Cool Off with Hellboy: Haunted Houses, Hellboy & Horror

I will often only read horror stories in the summer because reading horror during the long nights of winter seems like a great way to give myself nightmares. Scary books can serve as a cheap alternative to air conditioning. For instance, I remember spending happy hours at the beach reading Stephen King’s Salem’s Lot. So when I saw that there was a new Hellboy title set in a haunted mansion, I knew this would be the perfect thing to read on a hot, muggy day.

The eponymous house is appropriately creepy, but you can also see that it still has good bones (I just started house hunting, forgive me for my musings on the Zillow listing of this place). The house has to still be somewhat desirable to own because otherwise you have to wonder why these people don’t just run out of there and go to the nearest Holiday Inn. Instead of the furniture and artwork being reduced to dust by the passage of decades, it instead seems as if the residents suddenly vanished without taking anything with them. Hellboy is met by the psychic Madame Zemperelli who asks him, “What's your approach to a place like this? A true haunting?" Hellboy, in typical nonplussed fashion responds, "A wrecking ball or a really good fire."


I like the exaggerated facial features of Shawn McManus’s characters. Madame Zemperelli has the thin, arched eyebrows of the 1950s, and she holds her cigarettes like film stars from that era did. McManus does a great job with the fashions, hairstyles, and makeup of the mid-1800s, 1920s, and 1980s when this story takes place. Carter Stroud, the current heir to the house at first doesn’t come across as a typical rich kid. Instead, of putting him in yacht-wear or giving him a Knives Out fisherman sweater, McManus uses Carter’s body language to show the reader that this man is a spoiled skeptic.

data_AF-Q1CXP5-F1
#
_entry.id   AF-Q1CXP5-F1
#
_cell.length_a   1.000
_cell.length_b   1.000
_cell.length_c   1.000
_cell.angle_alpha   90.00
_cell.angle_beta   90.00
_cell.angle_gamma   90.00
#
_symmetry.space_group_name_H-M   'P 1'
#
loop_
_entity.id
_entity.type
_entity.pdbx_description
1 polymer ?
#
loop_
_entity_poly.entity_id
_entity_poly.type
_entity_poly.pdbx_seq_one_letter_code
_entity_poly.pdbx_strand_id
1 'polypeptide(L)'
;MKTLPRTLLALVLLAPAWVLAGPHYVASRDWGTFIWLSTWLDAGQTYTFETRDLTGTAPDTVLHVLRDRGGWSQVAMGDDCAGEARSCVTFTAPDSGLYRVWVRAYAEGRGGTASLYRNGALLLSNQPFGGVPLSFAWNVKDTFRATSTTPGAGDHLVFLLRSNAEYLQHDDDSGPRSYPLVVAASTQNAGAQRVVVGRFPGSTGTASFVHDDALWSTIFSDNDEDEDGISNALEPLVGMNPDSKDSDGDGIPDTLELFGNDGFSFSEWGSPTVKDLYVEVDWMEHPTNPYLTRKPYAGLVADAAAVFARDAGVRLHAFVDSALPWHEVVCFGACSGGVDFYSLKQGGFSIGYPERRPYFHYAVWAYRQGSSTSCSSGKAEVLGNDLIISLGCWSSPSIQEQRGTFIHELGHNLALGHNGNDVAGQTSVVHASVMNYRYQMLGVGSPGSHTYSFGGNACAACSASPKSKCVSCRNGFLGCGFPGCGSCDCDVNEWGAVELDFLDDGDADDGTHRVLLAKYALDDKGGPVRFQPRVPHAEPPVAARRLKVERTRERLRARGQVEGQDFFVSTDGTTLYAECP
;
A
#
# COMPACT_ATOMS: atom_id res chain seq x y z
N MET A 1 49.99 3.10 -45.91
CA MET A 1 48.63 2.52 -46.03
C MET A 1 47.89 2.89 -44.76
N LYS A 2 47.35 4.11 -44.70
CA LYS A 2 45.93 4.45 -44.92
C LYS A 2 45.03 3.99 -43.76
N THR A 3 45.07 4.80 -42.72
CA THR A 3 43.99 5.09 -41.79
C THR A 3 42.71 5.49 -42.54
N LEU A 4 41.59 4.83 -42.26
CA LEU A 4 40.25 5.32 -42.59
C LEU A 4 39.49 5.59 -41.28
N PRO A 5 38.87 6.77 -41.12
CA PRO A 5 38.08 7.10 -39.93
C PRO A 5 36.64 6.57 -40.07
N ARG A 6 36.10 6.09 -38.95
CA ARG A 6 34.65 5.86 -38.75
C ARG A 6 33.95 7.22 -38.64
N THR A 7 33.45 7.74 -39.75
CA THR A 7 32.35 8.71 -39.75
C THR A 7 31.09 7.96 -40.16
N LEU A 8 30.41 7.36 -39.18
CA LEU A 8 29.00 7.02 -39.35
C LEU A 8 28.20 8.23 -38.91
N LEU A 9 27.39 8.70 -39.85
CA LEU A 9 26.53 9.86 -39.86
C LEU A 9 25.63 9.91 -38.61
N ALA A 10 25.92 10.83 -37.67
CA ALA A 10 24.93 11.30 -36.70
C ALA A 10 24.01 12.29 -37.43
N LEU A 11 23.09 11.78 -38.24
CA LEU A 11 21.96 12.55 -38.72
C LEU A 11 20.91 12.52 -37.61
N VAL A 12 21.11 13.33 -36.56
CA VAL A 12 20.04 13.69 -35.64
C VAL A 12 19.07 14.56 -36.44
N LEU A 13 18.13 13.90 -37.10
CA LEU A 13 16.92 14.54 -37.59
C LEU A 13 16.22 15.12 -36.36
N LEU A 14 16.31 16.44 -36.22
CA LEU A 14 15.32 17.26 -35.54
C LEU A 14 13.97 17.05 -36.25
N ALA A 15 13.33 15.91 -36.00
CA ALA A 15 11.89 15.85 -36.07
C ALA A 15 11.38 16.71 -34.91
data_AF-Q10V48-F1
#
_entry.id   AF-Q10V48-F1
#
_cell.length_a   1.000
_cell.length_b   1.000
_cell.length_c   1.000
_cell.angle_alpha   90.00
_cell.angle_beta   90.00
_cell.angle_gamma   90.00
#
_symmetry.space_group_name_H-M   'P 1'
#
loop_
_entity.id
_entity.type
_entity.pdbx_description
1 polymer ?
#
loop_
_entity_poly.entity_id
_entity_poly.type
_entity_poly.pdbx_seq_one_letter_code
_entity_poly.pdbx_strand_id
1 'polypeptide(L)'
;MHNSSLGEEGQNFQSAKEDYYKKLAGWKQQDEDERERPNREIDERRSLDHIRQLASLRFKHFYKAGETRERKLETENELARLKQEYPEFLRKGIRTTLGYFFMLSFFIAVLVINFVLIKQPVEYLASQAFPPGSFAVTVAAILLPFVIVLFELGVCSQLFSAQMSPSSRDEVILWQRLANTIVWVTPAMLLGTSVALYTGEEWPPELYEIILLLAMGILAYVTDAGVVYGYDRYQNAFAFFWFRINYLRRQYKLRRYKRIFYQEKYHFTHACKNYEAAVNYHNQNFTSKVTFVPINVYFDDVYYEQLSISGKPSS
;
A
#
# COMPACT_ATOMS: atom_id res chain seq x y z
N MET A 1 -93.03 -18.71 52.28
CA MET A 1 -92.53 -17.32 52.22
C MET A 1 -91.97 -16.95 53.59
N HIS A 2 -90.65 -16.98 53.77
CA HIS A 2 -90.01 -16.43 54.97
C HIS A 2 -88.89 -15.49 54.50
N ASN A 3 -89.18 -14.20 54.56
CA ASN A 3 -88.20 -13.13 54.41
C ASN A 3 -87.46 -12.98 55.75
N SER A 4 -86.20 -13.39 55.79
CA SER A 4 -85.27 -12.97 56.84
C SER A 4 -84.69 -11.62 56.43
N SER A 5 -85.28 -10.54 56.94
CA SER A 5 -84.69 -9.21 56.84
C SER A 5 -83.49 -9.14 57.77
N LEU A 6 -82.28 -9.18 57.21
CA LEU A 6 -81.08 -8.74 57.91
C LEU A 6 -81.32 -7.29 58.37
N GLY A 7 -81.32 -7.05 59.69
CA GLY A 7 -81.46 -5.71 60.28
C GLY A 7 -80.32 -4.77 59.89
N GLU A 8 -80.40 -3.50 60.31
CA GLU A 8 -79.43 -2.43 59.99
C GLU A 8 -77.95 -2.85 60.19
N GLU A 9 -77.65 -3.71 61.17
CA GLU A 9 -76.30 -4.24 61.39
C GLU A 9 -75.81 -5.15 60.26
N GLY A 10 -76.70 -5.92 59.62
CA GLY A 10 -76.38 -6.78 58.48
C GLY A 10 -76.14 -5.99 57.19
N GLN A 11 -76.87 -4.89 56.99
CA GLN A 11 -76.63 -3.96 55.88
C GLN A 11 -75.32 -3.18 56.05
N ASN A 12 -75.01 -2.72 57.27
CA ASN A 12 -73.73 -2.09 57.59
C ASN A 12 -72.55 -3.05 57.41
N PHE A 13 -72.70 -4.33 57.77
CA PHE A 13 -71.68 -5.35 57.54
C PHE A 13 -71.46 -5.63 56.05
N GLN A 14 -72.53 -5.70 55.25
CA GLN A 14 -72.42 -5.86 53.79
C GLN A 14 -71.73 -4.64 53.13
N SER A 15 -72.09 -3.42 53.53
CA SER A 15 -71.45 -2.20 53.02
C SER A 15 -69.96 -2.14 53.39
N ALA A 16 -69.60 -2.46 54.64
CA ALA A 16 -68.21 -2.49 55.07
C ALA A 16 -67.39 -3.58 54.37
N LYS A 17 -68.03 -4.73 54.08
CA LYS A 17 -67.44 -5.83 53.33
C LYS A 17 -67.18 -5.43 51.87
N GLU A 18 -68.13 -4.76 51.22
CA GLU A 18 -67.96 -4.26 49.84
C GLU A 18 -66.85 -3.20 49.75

The writing by Mike Mignola and Christopher Golden reminds me a bit of British mystery writers Agatha Christie and P.D. James. Both Christie and James were able to establish their supporting characters (who were often also suspects) very quickly, which pulled the reader into the story. Since this is a limited two-issue series, the story has to hit the ground running. And not only does the reader get a sense for the personalities of the great-great-grandson of the house's builder and his fiancée, but he also gives those characters goals. Just like with most great murder mysteries, the events in this story are set into motion due to a will. There are some scary and gory moments, but nothing too extreme, which I really appreciated. And Hellboy's perpetual annoyance at the supernatural, psychics, and entitled heirs is always amusing and serves to relieve the tension. That the first volume ends on a cliffhanger isn’t surprising, but I was pleased that the cause of the house’s haunting isn’t what it first appeared to be.

Huh. Do you think home sellers are required by law to disclose that their house is haunted? I wonder if it varies by state.

Hellboy and the B.P.R.D.: The Secret of Chesbro House #1 (of 2)
Mike Mignola: writer
Christopher Golden: writer
Shawn McManus: art, Cover A
Dave Stewart: coloring
Ben Stenbeck: Cover B